Uber claim: Summary
What did the employment tribunal decide?
The employment tribunal ruled on Friday 28 October 2016 that the 19 Uber drivers who brought a claim against Uber are workers and that Uber is wrong to label them as self-employed.
What are workers entitled to?
National minimum wage: All workers are entitled to be paid at least national minimum wage of £7.20 per hour (for over 25s). Any expenses in connection with work are taken into account, so that workers must receive minimum wage after expenses.
Holiday: Full time workers are entitled to 28 days’ paid holiday per year (pro rata for part time workers).
Are drivers entitled to back pay?
Yes and We are claiming back pay for drivers. This goes back for 2 years and comprises claims based on the entitlements above, so:
– back pay for all holiday drivers should have been entitled to over the previous 2 years; and
– compensation if drivers were paid less than minimum wage over the previous 2 years.
How will it affect drivers going forward?
Going forward, drivers will also be entitled to receive paid holiday and to be paid at least the national minimum wage.
How many drivers does it affect?
The judgment binds all 19 Claimants who were part of this claim (not just the 2 test claimants, as Uber is saying). Further it has implications for all drivers with those contracts. They should contact us urgently to register their claims.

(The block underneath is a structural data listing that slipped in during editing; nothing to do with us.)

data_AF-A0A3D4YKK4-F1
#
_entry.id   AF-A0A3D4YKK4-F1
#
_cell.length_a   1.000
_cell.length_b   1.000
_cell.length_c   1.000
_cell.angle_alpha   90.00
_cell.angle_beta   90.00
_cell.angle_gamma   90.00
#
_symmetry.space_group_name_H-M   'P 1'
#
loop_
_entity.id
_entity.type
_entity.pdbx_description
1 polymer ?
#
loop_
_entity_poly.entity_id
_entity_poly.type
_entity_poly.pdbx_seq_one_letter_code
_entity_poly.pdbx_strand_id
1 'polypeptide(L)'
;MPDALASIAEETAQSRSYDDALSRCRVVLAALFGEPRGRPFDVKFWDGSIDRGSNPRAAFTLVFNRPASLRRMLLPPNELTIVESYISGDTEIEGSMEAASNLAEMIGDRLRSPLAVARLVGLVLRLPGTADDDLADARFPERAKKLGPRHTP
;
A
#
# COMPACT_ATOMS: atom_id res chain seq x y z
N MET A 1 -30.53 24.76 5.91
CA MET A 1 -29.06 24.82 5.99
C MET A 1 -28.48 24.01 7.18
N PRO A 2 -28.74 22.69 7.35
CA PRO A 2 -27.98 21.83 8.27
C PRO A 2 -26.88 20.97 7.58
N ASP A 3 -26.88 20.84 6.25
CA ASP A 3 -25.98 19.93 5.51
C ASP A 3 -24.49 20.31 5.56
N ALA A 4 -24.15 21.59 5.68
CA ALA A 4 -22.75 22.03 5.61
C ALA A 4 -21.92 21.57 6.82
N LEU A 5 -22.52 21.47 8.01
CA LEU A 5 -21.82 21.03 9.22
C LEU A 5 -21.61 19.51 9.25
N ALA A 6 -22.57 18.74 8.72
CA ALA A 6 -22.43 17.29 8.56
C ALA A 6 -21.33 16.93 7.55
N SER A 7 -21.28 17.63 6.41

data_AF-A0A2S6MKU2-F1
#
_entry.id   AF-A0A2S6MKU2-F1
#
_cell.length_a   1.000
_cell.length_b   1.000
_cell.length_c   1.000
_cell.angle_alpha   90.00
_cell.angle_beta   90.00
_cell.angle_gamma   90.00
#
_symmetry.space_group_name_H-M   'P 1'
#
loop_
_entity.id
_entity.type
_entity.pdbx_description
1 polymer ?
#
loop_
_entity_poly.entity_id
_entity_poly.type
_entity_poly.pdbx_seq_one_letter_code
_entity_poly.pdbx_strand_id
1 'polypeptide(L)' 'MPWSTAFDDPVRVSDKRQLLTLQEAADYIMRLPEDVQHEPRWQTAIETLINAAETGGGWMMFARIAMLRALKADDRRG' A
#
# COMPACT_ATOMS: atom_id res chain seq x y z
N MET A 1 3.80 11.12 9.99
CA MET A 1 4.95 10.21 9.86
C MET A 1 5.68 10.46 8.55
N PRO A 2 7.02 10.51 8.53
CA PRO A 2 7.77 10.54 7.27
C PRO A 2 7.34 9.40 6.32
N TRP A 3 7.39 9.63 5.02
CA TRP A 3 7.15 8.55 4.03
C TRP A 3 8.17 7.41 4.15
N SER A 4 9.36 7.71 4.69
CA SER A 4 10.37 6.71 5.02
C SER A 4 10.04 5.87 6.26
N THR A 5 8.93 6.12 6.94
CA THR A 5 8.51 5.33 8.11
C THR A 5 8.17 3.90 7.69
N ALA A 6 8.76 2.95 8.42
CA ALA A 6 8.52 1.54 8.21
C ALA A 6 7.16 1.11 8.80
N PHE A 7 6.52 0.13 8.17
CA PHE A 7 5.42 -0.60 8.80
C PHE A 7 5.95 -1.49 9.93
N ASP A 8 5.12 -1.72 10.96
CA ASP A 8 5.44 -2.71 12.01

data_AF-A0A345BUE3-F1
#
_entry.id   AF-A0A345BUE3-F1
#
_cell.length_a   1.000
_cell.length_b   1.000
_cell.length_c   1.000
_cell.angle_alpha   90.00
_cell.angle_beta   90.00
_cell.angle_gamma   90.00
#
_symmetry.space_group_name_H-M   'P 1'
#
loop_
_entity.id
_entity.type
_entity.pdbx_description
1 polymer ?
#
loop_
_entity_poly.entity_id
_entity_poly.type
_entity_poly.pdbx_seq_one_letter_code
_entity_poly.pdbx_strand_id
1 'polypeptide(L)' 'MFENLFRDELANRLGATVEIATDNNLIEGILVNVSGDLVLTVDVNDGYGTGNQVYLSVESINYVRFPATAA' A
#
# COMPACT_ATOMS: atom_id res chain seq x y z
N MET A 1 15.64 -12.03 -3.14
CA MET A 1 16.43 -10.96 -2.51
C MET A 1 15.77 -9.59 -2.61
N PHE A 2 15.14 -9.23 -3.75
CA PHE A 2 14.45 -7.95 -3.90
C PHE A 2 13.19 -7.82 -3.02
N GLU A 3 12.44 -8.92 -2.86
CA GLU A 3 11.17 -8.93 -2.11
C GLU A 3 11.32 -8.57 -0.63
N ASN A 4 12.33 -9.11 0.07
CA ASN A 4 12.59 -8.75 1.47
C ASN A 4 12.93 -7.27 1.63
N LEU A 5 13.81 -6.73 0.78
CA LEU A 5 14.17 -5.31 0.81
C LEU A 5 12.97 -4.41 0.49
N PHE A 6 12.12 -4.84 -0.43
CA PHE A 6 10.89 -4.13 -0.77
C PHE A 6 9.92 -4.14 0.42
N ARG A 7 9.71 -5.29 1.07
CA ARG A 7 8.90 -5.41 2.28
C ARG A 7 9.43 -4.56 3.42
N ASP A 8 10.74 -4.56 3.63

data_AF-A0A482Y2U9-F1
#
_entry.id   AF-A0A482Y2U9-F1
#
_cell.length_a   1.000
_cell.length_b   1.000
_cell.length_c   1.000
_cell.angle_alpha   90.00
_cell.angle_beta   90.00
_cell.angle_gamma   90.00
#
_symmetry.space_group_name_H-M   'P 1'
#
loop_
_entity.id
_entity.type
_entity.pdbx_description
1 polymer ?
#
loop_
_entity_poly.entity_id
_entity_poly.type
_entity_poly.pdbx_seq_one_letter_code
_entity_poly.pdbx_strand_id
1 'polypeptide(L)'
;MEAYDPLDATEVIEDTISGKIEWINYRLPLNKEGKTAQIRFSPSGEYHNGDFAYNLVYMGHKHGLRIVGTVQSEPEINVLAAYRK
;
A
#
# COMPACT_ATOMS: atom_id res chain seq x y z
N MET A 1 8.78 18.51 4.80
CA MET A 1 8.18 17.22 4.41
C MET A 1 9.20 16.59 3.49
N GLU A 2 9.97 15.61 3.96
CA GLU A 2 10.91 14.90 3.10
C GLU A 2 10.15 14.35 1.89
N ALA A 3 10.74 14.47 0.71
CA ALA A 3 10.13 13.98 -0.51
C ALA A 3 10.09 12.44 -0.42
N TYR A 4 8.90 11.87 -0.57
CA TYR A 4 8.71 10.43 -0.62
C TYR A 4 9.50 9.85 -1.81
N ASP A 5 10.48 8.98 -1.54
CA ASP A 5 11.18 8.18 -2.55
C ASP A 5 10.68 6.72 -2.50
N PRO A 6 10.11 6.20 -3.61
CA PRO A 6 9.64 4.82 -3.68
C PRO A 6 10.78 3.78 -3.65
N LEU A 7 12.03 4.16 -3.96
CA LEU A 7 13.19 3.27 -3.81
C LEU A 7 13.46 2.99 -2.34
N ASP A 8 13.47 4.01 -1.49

How can other drivers claim their entitlements?
If drivers want to receive back pay and ensure they receive the correct entitlements going forward, they need to make a claim.
In order to join our claim, drivers should contact firstname.lastname@example.org or Leigh Day on 020 7650 1200 or email@example.com. If they are in the similar circumstances to our current claimants (which most all drivers will be), they will also be entitled to paid holiday and to be paid at least national minimum wage and make claims for back pay.
GMB funds the cost of litigation for our members. In order for GMB to fund your legal case, you must join the GMB online today and be in good standing throughout the litigation.
What are the timescales
Uber has said that they will appeal against the judgment. Any appeal by Uber will go to the Employment Appeal Tribunal, after which there is the possibility of further appeals to the Court of Appeal and the Supreme Court. The appeal process could take months or, if there are a number of appeals, up to around two years. We will obviously strongly resist any appeals.
After the appeal process has finished, if Uber is unsuccessful, the next stage will be another hearing in the employment Tribunal which will decide:
– how much back pay the drivers are owed for unpaid holiday pay and
– for receiving less than the minimum wage
This should take around 6 months to 1 year maximum.
Please join the GMB today and contact us about bringing your claim.
Posted: 3rd November 2016